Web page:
WASHINGTON -- President Obama pitched his mammoth jobs bill to Latinos gathered Wednesday night at a black-tie dinner for the Congressional Hispanic Caucus Institute. The annual gala is attended by many of the nation's most influential Hispanic leaders.
The president was accompanied by First Lady Michelle Obama. Seated among the guests were Her Royal Highness Princess Cristina of Spain, Supreme Court Justice Sonia Sotomayor, House Minority Leader Nancy Pelosi (D-Calif.), Interior Secretary Ken Salazar, Housing and Urban Development Secretary Shaun Donovan and Labor Secretary Hilda Solis.
Most of Obama's 20 minute speech echoed those he delivered in Ohio, Virginia and North Carolina during the past week. In those states he called for swift passage in Congress of the American Jobs Act and outlined many of the bill's core elements, including infrastucture investments, incentives for business owners to hire unemployed workers and the closing of corporate tax loopholes.
Sandwiched between the campaign-style oratory, Obama reiterated his support for two of many Latinos' top legislative priorities: passage of the DREAM Act and comprehensive immigration reform. He blamed Republicans in Congress for blocking the political process.
"The real problem isn't the members of Congress in this room," he said to an audience which included more than a dozen congressional Democrats. "It's the members of Congress who put party before country because they believe the only way to resolve our differences is to wait 14 months till the next election."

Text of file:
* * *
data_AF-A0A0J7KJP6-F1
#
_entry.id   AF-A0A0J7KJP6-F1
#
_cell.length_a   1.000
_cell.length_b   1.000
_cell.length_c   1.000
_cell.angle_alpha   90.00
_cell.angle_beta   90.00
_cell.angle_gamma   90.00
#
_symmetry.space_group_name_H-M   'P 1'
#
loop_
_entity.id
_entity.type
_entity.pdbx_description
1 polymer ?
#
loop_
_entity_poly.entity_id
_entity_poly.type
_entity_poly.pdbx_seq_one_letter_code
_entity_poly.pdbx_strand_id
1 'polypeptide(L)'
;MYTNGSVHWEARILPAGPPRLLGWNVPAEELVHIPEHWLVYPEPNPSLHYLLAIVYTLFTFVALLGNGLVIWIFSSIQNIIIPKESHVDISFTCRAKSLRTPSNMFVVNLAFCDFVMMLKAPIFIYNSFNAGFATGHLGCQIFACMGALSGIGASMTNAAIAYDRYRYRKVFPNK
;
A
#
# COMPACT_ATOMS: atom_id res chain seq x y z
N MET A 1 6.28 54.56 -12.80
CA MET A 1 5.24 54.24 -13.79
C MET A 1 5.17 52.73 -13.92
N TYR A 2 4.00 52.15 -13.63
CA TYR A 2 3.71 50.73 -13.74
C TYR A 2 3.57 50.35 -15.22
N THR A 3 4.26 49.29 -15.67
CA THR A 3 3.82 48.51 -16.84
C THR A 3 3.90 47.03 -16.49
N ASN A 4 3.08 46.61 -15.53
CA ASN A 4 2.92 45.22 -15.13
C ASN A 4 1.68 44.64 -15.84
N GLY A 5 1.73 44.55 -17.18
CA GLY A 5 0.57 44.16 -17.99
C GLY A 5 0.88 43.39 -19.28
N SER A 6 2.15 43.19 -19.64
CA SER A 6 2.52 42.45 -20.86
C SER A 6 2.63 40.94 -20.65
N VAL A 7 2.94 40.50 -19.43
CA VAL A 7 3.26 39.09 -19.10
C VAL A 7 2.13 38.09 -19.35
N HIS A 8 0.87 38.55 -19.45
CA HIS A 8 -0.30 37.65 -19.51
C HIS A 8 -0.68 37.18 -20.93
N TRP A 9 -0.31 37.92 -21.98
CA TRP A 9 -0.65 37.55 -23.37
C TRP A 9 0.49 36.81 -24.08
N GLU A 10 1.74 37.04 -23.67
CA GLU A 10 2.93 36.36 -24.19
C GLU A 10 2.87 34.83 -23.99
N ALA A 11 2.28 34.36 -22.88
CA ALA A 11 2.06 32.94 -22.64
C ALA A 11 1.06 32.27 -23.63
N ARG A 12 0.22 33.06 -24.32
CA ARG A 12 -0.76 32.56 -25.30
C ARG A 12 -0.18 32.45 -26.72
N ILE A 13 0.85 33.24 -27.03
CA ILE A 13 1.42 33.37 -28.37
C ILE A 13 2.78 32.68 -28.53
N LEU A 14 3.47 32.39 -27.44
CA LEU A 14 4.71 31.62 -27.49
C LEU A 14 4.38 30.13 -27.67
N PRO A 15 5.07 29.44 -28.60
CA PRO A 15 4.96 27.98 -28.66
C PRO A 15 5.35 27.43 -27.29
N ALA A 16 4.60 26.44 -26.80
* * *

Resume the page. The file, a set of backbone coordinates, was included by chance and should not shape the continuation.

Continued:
In the absence of an immigration reform bill, Obama said the Department of Homeland Security will uphold current immigration laws while at the same time "applying common-sense standards for immigration enforcement." Progress has been made, he noted, to ensure that federal enforcement policies "prioritize criminals who endanger our communities, not students trying to achieve the American Dream." The president received spirited applause throughout the speech, and afterwards he and the first lady greeted supporters in the crowd.
But the glamorous evening belies Obama's eroding support among Latino voters. The president's approval ratings among Latinos are at historic lows, dipping below 50 percent last week for the first time ever, a loss of 34 percentage points from his all-time high of 84 percent approval in the spring of 2009. New figures also reveal that more than one in four Latinos live in poverty, a troubling statistic for the nation's fastest-growing demographic group. And with Latino voters set to cast 8.7 percent of ballots nationwide in 2012, their support is more critical to the president -- and opposing candidates -- than ever.
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